A grant to the University of Arizona Cancer Center aims to increase colorectal cancer screening in Arizona’s American Indian communities, where screening rates lag sharply behind those for others across the nation.
The University of Arizona Cancer Center has received a $3 million, three-year award from the National Cancer Institute’s (NCI) Cancer Moonshot Initiative to increase colorectal cancer screening in Arizona’s American Indian communities.
Colorectal cancer is the second leading overall cause of cancer death, representing about 9% of all new cancer cases in the United States. Nevertheless, overwhelming evidence exists that screening of healthy individuals to diagnose and then treat early-stage disease can substantially reduce colorectal cancer mortality. Accordingly, regular screening for colorectal cancer is strongly recommended for all U.S. individuals between ages 50 and 75.
Unfortunately, compared with the general population, American Indians have experienced no improvements in colorectal cancer incidence and mortality, have disproportionate diagnoses of late-stage disease, and have lower survival rates. These disparities are attributable to very low screening rates among American Indians and poor access to colorectal cancer treatments.
“The University of Arizona has a strong commitment to working with the Native nations of our state and region, and partnering to improve health outcomes for Native communities is an area where we can have a significant positive impact,” said University of Arizona President Robert C. Robbins, MD. “As we increase rates of colorectal cancer screening in these communities, we can begin to reduce the mortality that comes with this disease, and we are excited this initiative will allow us to identify new ways to continue our long-standing tradition of partnering with Arizona’s Native nations to reduce health disparities well beyond the realm of colorectal cancer.”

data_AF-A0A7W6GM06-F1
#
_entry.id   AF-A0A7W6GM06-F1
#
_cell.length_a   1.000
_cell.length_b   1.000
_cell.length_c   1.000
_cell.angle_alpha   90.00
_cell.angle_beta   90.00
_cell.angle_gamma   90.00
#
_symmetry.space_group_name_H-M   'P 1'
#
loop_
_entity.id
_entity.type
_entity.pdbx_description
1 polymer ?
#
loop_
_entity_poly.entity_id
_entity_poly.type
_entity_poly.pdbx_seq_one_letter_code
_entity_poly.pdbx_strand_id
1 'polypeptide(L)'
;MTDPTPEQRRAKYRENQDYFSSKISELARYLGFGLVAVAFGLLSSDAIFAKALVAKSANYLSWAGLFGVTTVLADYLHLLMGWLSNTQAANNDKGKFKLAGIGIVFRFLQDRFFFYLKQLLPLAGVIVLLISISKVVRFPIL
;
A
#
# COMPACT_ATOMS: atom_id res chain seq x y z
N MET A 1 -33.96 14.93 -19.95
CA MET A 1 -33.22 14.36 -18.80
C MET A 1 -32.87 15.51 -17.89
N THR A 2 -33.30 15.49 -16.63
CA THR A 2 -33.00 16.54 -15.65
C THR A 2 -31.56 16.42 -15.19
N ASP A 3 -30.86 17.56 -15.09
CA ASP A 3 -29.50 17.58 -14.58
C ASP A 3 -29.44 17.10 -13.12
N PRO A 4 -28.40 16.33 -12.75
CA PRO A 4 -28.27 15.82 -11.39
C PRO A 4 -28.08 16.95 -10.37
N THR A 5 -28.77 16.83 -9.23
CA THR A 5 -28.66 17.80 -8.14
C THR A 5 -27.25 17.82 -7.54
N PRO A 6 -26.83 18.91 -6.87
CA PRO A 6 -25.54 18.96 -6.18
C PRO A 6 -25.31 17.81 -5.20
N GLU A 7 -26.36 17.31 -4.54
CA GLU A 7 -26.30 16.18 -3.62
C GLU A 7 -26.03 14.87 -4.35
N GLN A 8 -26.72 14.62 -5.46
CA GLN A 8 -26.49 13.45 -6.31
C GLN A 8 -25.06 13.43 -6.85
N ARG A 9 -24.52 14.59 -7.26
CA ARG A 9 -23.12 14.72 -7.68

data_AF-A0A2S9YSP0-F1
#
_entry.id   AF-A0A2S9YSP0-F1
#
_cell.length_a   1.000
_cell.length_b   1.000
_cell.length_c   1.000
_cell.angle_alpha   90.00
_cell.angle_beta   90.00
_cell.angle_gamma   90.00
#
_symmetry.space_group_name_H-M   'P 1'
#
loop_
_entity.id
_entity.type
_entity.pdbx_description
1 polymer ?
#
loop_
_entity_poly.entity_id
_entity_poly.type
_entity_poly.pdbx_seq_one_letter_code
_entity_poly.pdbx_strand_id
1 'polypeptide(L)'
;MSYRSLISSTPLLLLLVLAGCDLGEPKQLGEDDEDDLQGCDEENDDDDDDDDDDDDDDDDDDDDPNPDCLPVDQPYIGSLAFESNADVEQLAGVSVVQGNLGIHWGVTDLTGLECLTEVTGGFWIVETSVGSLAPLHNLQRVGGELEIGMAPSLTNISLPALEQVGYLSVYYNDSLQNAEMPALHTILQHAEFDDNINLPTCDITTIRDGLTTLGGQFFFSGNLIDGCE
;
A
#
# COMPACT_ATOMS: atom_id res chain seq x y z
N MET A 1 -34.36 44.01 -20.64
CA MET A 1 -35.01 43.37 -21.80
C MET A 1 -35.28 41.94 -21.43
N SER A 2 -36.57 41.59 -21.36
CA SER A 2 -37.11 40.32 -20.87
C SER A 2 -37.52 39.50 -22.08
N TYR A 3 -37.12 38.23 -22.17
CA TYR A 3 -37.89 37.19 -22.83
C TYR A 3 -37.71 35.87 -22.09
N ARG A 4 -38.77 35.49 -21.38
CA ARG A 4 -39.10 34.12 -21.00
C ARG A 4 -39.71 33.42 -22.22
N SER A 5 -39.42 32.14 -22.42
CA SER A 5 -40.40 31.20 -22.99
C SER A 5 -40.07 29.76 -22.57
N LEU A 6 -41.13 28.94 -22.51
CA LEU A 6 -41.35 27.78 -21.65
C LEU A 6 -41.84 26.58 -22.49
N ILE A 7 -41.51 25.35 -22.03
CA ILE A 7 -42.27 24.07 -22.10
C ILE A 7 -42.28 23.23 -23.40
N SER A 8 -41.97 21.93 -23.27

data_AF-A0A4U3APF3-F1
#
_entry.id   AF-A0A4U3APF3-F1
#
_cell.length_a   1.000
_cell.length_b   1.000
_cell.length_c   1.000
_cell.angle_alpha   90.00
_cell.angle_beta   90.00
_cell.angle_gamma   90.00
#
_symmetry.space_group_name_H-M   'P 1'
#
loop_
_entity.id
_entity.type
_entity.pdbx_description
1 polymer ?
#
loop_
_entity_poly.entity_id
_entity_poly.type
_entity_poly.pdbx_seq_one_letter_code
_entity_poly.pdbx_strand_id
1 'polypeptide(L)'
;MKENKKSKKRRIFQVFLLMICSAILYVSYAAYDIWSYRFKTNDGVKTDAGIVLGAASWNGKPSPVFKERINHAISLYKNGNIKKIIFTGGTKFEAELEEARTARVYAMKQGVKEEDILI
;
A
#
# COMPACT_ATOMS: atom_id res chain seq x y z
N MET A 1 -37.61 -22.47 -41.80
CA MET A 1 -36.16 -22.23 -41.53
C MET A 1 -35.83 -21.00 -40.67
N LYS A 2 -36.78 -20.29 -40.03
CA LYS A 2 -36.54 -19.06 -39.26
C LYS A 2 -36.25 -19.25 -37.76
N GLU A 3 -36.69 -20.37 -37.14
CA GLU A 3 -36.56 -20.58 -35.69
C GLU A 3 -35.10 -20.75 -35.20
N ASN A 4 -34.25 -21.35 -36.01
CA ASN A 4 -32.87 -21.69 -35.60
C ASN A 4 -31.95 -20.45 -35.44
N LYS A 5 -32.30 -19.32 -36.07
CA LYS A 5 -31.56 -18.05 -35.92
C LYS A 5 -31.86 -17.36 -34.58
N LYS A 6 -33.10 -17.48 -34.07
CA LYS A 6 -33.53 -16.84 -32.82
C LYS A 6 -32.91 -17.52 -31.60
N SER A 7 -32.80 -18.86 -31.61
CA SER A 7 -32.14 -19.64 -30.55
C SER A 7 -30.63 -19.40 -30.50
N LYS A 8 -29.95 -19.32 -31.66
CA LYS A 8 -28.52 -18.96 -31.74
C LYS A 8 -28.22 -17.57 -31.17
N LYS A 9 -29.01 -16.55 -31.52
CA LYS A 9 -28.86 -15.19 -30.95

One of the Cancer Moonshot goals is to reduce disparities by expanding use of proven cancer prevention and early-detection strategies. The American Indian Colorectal Cancer Screening Consortium of the NCI-designated cancer centers at UArizona, New Mexico and Oklahoma first was funded through the Moonshot initiative in July 2018 for “Dissemination of a Colorectal Cancer Screening Program Across American Indian Communities in the Southern Plains and Southwestern United States.”
Led initially by Peter Lance, MD, UArizona professor emeritus and a member of the Cancer Prevention and Control Program, the project saw a leadership change in July 2019, when Jennifer Hatcher, PhD, MPH, MSN, professor of public health and UArizona Cancer Center associate director for community outreach and engagement, assumed leadership of the program. The team was charged from the outset with beginning research of system-level changes to improve screening rates and data sharing to close the gap in colorectal cancer outcomes between the American Indian and overall U.S. population.
Drs. Lance and Hatcher estimate only 9% to 35% of Arizona’s American Indians with regular access to health care are current with colorectal cancer screening guidelines. In contrast, about two-thirds of both the general Arizona and U.S. populations receive regular colorectal cancer screenings. Screening rates for the substantial number of American Indians without regular access to health care almost certainly are worse than reported rates for those with regular access, they added.